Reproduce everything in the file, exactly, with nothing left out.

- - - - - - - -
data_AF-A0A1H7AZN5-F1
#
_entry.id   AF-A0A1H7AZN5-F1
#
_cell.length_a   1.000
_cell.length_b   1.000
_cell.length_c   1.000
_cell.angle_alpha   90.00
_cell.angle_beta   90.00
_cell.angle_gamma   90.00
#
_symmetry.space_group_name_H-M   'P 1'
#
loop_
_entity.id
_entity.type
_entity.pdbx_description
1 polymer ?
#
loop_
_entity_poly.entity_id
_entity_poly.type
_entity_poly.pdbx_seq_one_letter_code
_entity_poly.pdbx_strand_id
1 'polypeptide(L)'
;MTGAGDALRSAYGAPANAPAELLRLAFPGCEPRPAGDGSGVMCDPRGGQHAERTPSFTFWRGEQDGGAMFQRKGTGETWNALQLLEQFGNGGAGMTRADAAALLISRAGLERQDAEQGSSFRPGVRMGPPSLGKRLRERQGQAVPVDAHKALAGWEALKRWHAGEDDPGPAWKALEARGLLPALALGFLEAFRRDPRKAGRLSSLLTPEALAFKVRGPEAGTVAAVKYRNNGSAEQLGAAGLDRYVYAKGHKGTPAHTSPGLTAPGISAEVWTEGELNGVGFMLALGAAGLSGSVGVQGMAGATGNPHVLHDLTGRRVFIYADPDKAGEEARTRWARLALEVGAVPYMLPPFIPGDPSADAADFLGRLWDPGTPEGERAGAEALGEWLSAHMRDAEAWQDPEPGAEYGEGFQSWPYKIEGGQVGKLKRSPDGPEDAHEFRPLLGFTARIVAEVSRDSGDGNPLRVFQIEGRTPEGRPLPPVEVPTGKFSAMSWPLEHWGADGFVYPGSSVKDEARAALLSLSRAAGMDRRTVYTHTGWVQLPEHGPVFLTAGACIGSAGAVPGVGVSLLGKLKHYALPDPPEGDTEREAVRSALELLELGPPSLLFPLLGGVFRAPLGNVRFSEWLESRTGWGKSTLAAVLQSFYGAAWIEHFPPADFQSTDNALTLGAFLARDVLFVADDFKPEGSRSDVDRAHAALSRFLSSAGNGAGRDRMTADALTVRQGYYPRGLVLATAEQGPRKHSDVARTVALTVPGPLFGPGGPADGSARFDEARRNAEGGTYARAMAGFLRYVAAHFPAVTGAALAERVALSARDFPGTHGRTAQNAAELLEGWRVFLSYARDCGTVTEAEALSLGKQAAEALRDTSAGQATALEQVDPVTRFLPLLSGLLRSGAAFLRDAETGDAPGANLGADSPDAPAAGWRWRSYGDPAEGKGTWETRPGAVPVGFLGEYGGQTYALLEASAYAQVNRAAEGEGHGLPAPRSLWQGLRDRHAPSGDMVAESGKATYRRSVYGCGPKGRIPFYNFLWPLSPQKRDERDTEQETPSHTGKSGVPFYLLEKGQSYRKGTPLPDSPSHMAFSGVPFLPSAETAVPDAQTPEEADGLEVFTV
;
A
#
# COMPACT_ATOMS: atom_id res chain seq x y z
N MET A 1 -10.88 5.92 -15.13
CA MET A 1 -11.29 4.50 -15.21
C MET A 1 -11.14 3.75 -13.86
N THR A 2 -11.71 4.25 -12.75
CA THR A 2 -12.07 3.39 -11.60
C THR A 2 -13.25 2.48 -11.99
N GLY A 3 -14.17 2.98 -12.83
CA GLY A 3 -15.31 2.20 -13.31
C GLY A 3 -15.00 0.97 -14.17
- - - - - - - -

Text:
data_AF-A0A1H7AZN5-F1
#
_entry.id   AF-A0A1H7AZN5-F1
#
_cell.length_a   1.000
_cell.length_b   1.000
_cell.length_c   1.000
_cell.angle_alpha   90.00
_cell.angle_beta   90.00
_cell.angle_gamma   90.00
#
_symmetry.space_group_name_H-M   'P 1'
#
loop_
_entity.id
_entity.type
_entity.pdbx_description
1 polymer ?
#
loop_
_entity_poly.entity_id
_entity_poly.type
_entity_poly.pdbx_seq_one_letter_code
_entity_poly.pdbx_strand_id
1 'polypeptide(L)'
;MTGAGDALRSAYGAPANAPAELLRLAFPGCEPRPAGDGSGVMCDPRGGQHAERTPSFTFWRGEQDGGAMFQRKGTGETWNALQLLEQFGNGGAGMTRADAAALLISRAGLERQDAEQGSSFRPGVRMGPPSLGKRLRERQGQAVPVDAHKALAGWEALKRWHAGEDDPGPAWKALEARGLLPALALGFLEAFRRDPRKAGRLSSLLTPEALAFKVRGPEAGTVAAVKYRNNGSAEQLGAAGLDRYVYAKGHKGTPAHTSPGLTAPGISAEVWTEGELNGVGFMLALGAAGLSGSVGVQGMAGATGNPHVLHDLTGRRVFIYADPDKAGEEARTRWARLALEVGAVPYMLPPFIPGDPSADAADFLGRLWDPGTPEGERAGAEALGEWLSAHMRDAEAWQDPEPGAEYGEGFQSWPYKIEGGQVGKLKRSPDGPEDAHEFRPLLGFTARIVAEVSRDSGDGNPLRVFQIEGRTPEGRPLPPVEVPTGKFSAMSWPLEHWGADGFVYPGSSVKDEARAALLSLSRAAGMDRRTVYTHTGWVQLPEHGPVFLTAGACIGSAGAVPGVGVSLLGKLKHYALPDPPEGDTEREAVRSALELLELGPPSLLFPLLGGVFRAPLGNVRFSEWLESRTGWGKSTLAAVLQSFYGAAWIEHFPPADFQSTDNALTLGAFLARDVLFVADDFKPEGSRSDVDRAHAALSRFLSSAGNGAGRDRMTADALTVRQGYYPRGLVLATAEQGPRKHSDVARTVALTVPGPLFGPGGPADGSARFDEARRNAEGGTYARAMAGFLRYVAAHFPAVTGAALAERVALSARDFPGTHGRTAQNAAELLEGWRVFLSYARDCGTVTEAEALSLGKQAAEALRDTSAGQATALEQVDPVTRFLPLLSGLLRSGAAFLRDAETGDAPGANLGADSPDAPAAGWRWRSYGDPAEGKGTWETRPGAVPVGFLGEYGGQTYALLEASAYAQVNRAAEGEGHGLPAPRSLWQGLRDRHAPSGDMVAESGKATYRRSVYGCGPKGRIPFYNFLWPLSPQKRDERDTEQETPSHTGKSGVPFYLLEKGQSYRKGTPLPDSPSHMAFSGVPFLPSAETAVPDAQTPEEADGLEVFTV
;
A
#
# COMPACT_ATOMS: atom_id res chain seq x y z
N MET A 1 -10.88 5.92 -15.13
CA MET A 1 -11.29 4.50 -15.21
C MET A 1 -11.14 3.75 -13.86
N THR A 2 -11.71 4.25 -12.75
CA THR A 2 -12.07 3.39 -11.60
C THR A 2 -13.25 2.48 -11.99
N GLY A 3 -14.17 2.98 -12.83
CA GLY A 3 -15.31 2.20 -13.31
C GLY A 3 -15.00 0.97 -14.17